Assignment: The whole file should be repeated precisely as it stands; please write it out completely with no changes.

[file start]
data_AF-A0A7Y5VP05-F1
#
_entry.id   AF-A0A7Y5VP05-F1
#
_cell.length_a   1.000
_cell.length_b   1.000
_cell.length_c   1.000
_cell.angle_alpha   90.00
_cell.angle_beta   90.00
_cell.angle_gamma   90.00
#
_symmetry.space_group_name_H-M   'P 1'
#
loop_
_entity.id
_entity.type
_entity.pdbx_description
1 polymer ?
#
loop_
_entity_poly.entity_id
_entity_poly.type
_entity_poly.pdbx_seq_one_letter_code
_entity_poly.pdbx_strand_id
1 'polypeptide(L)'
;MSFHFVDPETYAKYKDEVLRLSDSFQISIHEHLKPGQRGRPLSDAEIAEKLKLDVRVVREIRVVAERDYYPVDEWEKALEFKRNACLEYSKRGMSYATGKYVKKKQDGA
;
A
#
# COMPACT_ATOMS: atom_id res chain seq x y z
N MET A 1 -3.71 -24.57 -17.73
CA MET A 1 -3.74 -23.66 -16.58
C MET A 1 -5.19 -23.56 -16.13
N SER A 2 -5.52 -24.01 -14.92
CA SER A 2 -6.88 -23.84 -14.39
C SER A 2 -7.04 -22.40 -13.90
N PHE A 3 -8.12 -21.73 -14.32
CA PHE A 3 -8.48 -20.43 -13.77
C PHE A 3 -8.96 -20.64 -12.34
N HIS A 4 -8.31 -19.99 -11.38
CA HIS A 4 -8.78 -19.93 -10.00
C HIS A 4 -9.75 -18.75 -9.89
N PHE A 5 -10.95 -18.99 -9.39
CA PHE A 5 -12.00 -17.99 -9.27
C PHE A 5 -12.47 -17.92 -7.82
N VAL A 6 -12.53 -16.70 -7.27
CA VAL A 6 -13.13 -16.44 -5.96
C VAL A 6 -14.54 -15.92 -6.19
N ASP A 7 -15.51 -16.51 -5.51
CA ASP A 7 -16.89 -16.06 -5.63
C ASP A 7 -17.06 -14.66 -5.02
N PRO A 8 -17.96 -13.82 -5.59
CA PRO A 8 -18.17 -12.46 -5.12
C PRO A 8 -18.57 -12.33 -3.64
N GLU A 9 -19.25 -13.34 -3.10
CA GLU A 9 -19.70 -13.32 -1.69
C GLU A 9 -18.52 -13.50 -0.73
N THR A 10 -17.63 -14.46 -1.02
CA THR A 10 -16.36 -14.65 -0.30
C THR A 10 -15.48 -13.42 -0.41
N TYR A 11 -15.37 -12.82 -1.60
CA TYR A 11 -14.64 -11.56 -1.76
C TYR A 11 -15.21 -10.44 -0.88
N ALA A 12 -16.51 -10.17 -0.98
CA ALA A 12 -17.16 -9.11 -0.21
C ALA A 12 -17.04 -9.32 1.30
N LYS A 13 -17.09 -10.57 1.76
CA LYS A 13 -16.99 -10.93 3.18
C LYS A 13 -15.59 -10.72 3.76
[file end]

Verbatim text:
data_AF-A0A7Y5VP05-F1
#
_entry.id   AF-A0A7Y5VP05-F1
#
_cell.length_a   1.000
_cell.length_b   1.000
_cell.length_c   1.000
_cell.angle_alpha   90.00
_cell.angle_beta   90.00
_cell.angle_gamma   90.00
#
_symmetry.space_group_name_H-M   'P 1'
#
loop_
_entity.id
_entity.type
_entity.pdbx_description
1 polymer ?
#
loop_
_entity_poly.entity_id
_entity_poly.type
_entity_poly.pdbx_seq_one_letter_code
_entity_poly.pdbx_strand_id
1 'polypeptide(L)'
;MSFHFVDPETYAKYKDEVLRLSDSFQISIHEHLKPGQRGRPLSDAEIAEKLKLDVRVVREIRVVAERDYYPVDEWEKALEFKRNACLEYSKRGMSYATGKYVKKKQDGA
;
A
#
# COMPACT_ATOMS: atom_id res chain seq x y z
N MET A 1 -3.71 -24.57 -17.73
CA MET A 1 -3.74 -23.66 -16.58
C MET A 1 -5.19 -23.56 -16.13
N SER A 2 -5.52 -24.01 -14.92
CA SER A 2 -6.88 -23.84 -14.39
C SER A 2 -7.04 -22.40 -13.90
N PHE A 3 -8.12 -21.73 -14.32
CA PHE A 3 -8.48 -20.43 -13.77
C PHE A 3 -8.96 -20.64 -12.34
N HIS A 4 -8.31 -19.99 -11.38
CA HIS A 4 -8.78 -19.93 -10.00
C HIS A 4 -9.75 -18.75 -9.89
N PHE A 5 -10.95 -18.99 -9.39
CA PHE A 5 -12.00 -17.99 -9.27
C PHE A 5 -12.47 -17.92 -7.82
N VAL A 6 -12.53 -16.70 -7.27
CA VAL A 6 -13.13 -16.44 -5.96
C VAL A 6 -14.54 -15.92 -6.19
N ASP A 7 -15.51 -16.51 -5.51
CA ASP A 7 -16.89 -16.06 -5.63
C ASP A 7 -17.06 -14.66 -5.02
N PRO A 8 -17.96 -13.82 -5.59
CA PRO A 8 -18.17 -12.46 -5.12
C PRO A 8 -18.57 -12.33 -3.64
N GLU A 9 -19.25 -13.34 -3.10
CA GLU A 9 -19.70 -13.32 -1.69
C GLU A 9 -18.52 -13.50 -0.73
N THR A 10 -17.63 -14.46 -1.02
CA THR A 10 -16.36 -14.65 -0.30
C THR A 10 -15.48 -13.42 -0.41
N TYR A 11 -15.37 -12.82 -1.60
CA TYR A 11 -14.64 -11.56 -1.76
C TYR A 11 -15.21 -10.44 -0.88
N ALA A 12 -16.51 -10.17 -0.98
CA ALA A 12 -17.16 -9.11 -0.21
C ALA A 12 -17.04 -9.32 1.30
N LYS A 13 -17.09 -10.57 1.76
CA LYS A 13 -16.99 -10.93 3.18
C LYS A 13 -15.59 -10.72 3.76